The Lou Marsh Legacy - Honouring Canada's Top Athletes

Lou Marsh

The Athlete

1926 Birely Cup medal won by Lou Marsh

A gold medal from the L.S.S.A ANNUAL REGATTA. On the back of the medal an engraving reads "1926 BIRELY CUP - FIRST LOU E. MARSH N.Y.C." Date 1926 CollectionCanada's Sports Hall of Fame

His athletic resume contains few gaps. It is of a man consumed with sport. Naturally muscular and strong, Lou Marsh was well suited to many sports.

His physique was predisposed to sprinting; reputedly he ran the 100 yards in 10.24 seconds. Marsh coached and ran with Bobby Kerr, one of Canada's best sprinters and once trumped him in a hurdle race. He coached the great marathon runner Tom Longboat at his victory in the 1907 Boston Marathon.

In rugby football, the robust Marsh started as an inside wing with the Wellesley Juniors, and finished as a quarterback with the Toronto Argonauts.

It was on or in the water he seemed happiest. He swam like a duck and once battled the swift currents of the Niagara River from Lewiston, New York, to Queenston, Ontario, on a bet. Walking back across the Lewiston Bridge to collect, he took on another dare, this time a swim to the bell buoy off the Niagara mouth and back, a distance of 14 miles.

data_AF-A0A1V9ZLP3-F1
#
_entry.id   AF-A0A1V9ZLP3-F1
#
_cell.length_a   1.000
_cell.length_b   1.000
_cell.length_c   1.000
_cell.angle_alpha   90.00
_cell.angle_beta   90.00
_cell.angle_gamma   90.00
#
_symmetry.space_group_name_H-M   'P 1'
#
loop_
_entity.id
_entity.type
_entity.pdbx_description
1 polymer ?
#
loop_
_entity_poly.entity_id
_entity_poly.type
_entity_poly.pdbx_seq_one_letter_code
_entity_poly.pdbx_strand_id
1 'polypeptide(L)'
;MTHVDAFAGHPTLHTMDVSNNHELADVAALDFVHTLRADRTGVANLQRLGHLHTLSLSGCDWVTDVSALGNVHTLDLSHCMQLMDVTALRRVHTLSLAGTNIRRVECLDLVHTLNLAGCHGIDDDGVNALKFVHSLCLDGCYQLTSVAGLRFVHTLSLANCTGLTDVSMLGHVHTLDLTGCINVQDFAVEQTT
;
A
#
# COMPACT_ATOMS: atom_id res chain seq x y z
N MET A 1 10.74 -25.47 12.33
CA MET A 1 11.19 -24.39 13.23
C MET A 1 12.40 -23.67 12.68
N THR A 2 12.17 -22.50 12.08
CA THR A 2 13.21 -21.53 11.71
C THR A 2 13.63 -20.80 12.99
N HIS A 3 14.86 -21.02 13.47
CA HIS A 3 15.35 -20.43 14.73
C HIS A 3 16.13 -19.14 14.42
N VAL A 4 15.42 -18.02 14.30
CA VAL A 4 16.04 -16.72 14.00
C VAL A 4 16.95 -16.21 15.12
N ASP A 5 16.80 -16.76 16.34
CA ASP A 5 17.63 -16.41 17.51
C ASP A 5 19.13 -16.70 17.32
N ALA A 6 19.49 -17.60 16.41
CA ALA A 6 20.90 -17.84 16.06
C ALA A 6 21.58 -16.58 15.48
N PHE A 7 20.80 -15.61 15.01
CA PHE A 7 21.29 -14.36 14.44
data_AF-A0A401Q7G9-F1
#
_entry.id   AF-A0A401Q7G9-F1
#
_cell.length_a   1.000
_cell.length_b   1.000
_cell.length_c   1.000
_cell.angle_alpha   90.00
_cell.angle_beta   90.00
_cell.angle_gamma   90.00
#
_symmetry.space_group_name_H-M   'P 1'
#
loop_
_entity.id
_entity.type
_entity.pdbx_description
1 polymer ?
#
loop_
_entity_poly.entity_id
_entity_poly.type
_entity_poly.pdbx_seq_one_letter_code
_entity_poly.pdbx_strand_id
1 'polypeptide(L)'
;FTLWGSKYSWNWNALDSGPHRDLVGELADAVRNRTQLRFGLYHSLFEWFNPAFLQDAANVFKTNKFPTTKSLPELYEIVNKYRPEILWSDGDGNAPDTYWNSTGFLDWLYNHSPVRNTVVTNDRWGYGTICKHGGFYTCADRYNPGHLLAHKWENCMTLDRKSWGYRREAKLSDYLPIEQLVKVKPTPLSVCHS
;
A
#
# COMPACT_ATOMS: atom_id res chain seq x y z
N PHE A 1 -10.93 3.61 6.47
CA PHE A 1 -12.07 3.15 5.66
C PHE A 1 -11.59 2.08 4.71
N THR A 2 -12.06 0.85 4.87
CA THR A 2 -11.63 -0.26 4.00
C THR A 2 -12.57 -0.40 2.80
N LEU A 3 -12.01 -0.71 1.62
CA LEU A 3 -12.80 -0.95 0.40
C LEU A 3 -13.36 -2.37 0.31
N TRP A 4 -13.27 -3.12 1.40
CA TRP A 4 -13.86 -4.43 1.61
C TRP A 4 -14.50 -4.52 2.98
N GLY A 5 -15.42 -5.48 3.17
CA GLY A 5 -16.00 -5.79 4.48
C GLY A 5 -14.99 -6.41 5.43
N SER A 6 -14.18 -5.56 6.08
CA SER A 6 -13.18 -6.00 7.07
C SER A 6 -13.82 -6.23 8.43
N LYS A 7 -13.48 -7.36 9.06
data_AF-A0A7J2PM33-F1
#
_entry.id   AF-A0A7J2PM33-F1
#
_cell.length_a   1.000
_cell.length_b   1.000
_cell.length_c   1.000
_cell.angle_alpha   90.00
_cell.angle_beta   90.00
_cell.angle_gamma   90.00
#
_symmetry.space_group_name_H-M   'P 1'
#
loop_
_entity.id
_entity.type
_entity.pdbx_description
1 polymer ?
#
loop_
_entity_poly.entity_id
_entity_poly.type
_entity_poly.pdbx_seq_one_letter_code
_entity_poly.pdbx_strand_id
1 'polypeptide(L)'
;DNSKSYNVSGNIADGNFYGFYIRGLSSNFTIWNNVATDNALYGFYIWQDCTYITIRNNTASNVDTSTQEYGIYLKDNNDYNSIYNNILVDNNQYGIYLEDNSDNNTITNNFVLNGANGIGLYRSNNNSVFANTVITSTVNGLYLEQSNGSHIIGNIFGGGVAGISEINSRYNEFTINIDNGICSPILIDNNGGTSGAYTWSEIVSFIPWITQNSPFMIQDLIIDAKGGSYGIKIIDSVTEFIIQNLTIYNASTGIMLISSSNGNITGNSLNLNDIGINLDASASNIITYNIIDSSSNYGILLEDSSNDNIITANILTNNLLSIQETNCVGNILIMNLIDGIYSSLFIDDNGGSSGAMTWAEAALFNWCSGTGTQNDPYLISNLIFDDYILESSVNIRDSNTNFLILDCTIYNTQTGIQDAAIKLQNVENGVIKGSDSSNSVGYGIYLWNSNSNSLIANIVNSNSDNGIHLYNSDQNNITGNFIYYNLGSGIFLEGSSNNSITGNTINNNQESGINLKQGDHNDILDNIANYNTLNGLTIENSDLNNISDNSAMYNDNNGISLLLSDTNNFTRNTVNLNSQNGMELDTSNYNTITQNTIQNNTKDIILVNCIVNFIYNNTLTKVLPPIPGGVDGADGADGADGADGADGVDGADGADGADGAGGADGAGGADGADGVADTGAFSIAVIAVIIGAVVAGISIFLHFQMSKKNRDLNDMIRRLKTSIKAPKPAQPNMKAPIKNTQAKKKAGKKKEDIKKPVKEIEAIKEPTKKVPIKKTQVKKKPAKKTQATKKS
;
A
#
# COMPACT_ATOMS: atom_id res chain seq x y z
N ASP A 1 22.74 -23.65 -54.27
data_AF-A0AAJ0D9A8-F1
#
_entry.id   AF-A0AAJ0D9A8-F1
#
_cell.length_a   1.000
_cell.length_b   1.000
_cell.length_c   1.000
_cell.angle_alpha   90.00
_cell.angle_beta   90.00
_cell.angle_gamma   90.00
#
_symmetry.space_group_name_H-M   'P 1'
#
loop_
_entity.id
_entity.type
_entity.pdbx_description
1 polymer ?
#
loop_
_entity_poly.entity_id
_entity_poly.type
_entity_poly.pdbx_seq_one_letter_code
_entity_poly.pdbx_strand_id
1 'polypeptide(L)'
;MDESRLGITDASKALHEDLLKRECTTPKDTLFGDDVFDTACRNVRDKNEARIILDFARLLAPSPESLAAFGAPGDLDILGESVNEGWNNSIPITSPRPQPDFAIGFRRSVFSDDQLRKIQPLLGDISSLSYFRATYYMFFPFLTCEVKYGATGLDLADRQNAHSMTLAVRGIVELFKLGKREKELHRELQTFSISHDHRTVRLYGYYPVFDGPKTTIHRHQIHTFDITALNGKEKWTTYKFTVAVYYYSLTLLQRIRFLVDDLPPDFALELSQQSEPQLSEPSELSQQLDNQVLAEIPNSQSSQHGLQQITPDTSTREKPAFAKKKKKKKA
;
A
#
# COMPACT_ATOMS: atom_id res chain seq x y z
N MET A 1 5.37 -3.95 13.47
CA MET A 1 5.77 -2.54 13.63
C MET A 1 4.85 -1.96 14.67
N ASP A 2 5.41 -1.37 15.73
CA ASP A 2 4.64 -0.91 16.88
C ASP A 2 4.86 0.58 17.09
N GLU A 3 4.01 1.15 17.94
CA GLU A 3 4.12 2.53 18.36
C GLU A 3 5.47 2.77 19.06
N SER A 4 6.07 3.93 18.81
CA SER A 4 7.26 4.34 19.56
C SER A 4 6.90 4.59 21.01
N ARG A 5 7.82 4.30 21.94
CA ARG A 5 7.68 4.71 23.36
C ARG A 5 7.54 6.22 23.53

Bronze medal with Lou Marsh engraved in the centre

A rectangular bronze pin with "L. MARSH" engraved in the centre. Date 1920's CollectionCanada's Sports Hall of Fame

He loved to sail sloops in the summer; ice-boats in the winter. He coined the term "sea-flea" to characterize small outboard racing boats that buzzed about the Toronto shoreline. Marsh owned and raced seven sea-fleas each named 'Pick and Shovel' (I, II, III etc.).

A capable boxer, a decent baseball player, he also indulged regularly in golf. To the delight of his readers he created 'wambeazles,' 'whiffenfish,' and other fictitious creatures to describe his adventures when he took up angling and fishing later in life.

Gold lapel pin inscribed with CNE Press

Gold CNE Press Pin. Date 1920's CollectionCanada's Sports Hall of Fame

Marsh distinguished himself as a first-rate referee in boxing, wrestling, and hockey. In the latter he worked the gamut from the amateur ranks to the NHL. He refereed the first professional NHL game at Madison Square Gardens in December, 1925 and officiated at the 1932 Olympics.

A fearless referee he was never afraid to "call 'em as I see 'em." In the Northern Ontario Hockey Association, partisan small-town crowds often blamed the referee for a loss. He exited countless arenas by the back door or window, sometimes still wearing skates, to avoid hostile mobs. In fact, it was in the northern leagues that his patented cow-bell was introduced to keep boisterous games under control. That stern patented jerk of the thumb over his shoulder, that motioned a delinquent player to the penalty box, has been immortalized into a statue.

That a trophy for outstanding athlete also bears his name seems quite appropriate!

In the news

“Fair, Fearless Sportsman” Is Tribute to Lou Marsh Adobe PDF Transcript